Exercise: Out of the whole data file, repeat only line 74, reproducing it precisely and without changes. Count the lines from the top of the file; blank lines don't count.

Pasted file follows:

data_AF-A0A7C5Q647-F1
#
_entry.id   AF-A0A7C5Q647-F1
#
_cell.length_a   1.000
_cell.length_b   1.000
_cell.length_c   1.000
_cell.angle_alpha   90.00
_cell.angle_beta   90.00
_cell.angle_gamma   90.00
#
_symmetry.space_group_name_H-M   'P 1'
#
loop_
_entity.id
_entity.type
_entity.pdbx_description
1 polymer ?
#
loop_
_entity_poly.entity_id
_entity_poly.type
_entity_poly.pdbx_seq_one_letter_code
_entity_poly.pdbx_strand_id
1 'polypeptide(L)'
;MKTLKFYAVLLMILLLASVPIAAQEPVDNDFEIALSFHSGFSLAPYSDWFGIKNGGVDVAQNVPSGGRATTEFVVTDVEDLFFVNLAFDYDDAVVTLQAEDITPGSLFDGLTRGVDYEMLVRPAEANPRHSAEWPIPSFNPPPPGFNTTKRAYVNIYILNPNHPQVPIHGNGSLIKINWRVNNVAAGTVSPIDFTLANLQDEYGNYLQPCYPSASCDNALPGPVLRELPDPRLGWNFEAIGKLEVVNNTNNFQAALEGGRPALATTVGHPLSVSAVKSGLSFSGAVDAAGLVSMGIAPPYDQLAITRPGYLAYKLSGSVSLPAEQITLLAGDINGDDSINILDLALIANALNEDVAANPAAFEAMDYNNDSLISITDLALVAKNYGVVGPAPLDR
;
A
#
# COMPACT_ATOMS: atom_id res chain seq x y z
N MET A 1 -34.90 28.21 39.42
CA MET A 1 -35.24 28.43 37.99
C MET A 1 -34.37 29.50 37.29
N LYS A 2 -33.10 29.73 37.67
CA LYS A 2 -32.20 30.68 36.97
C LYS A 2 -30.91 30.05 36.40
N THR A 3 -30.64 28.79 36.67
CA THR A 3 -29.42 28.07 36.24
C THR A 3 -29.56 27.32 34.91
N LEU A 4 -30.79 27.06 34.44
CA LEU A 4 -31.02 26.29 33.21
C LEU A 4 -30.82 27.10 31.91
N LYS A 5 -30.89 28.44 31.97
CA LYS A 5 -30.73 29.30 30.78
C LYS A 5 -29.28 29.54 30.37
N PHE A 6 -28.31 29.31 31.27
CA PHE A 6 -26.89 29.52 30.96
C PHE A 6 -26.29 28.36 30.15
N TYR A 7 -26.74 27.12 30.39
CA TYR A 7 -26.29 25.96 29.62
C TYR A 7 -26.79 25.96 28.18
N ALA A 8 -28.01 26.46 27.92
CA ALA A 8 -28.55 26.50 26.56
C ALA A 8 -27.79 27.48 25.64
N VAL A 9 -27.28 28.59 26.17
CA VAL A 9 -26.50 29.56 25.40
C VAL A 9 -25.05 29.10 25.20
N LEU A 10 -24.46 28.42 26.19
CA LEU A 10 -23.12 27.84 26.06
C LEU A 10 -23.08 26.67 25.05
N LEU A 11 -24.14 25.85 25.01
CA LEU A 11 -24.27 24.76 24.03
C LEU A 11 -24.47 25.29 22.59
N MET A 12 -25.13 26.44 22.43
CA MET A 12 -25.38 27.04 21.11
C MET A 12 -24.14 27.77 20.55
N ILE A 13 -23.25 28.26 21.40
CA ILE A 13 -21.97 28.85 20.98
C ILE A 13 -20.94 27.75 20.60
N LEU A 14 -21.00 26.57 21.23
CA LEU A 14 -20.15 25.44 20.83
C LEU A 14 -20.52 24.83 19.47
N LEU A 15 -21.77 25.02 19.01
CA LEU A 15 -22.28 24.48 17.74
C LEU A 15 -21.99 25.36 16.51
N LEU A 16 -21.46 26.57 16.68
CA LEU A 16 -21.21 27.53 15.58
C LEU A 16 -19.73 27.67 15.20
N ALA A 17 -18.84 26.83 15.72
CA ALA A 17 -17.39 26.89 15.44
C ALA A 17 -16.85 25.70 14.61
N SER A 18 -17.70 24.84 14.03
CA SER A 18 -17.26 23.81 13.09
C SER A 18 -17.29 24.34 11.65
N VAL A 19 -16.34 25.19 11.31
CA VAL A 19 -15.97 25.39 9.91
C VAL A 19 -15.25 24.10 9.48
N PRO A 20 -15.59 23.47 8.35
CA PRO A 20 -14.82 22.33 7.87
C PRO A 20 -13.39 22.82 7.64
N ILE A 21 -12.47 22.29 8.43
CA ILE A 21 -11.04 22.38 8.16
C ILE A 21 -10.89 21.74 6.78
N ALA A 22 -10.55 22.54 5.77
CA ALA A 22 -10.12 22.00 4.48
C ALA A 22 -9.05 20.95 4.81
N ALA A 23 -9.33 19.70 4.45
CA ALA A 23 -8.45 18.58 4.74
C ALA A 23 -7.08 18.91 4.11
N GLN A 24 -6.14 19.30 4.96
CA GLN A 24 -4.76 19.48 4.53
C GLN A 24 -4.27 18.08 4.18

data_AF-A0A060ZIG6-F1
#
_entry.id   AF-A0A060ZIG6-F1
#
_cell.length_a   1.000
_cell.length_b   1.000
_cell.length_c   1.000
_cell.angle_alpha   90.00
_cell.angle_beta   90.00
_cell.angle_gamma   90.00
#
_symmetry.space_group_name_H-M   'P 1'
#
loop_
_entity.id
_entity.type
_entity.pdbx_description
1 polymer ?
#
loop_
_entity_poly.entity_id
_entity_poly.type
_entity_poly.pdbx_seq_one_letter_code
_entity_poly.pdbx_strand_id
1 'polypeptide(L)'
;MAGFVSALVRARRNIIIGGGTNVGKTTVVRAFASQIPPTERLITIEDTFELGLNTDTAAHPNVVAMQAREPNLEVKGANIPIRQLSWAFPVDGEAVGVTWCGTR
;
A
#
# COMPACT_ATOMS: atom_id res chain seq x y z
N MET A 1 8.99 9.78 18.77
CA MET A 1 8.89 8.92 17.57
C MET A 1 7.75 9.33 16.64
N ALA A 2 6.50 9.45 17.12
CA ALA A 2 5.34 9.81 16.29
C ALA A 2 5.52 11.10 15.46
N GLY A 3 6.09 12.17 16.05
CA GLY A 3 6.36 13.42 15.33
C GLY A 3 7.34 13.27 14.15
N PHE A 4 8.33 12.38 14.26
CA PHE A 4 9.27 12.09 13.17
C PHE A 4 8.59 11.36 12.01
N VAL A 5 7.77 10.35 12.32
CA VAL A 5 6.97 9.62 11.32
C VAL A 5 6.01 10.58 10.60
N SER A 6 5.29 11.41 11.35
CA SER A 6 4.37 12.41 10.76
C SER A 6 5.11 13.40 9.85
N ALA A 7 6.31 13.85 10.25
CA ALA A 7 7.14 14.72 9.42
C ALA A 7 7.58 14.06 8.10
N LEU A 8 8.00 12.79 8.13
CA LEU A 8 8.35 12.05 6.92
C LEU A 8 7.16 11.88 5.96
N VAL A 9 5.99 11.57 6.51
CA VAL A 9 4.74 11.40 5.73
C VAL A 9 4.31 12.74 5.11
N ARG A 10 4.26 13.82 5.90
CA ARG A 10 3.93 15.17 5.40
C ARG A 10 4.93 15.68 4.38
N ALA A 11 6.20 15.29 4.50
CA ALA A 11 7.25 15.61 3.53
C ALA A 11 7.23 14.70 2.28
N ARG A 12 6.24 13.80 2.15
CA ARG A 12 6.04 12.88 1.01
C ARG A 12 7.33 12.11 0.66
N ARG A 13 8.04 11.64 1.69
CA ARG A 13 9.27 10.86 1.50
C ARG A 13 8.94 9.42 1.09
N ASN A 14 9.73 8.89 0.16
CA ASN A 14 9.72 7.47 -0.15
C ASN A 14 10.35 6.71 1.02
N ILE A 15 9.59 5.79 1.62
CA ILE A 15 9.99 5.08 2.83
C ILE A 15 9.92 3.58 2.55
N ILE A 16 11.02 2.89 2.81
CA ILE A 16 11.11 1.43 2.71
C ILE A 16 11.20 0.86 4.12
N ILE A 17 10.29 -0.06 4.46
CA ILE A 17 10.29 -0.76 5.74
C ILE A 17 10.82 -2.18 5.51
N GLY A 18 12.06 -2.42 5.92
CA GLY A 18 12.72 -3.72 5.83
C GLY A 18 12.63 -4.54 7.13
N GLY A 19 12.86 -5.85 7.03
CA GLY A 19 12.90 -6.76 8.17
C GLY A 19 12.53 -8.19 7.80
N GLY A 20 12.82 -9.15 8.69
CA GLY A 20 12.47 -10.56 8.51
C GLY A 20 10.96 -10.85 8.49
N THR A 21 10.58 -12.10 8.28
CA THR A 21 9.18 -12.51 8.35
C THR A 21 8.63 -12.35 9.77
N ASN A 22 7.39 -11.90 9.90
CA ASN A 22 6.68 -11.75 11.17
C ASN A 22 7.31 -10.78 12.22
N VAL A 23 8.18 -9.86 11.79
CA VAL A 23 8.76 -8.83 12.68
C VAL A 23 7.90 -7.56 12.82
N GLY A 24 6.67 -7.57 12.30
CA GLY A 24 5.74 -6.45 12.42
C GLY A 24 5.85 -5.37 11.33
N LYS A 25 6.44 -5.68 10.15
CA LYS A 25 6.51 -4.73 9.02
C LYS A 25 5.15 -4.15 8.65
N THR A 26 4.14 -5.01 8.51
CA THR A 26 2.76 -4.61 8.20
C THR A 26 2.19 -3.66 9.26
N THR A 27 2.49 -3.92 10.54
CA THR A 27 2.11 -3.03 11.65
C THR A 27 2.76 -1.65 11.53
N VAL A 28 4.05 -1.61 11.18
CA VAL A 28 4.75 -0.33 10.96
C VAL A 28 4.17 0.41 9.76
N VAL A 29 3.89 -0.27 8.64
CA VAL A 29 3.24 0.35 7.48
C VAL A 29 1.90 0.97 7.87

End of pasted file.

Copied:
CA LEU A 15 -22.28 24.48 17.74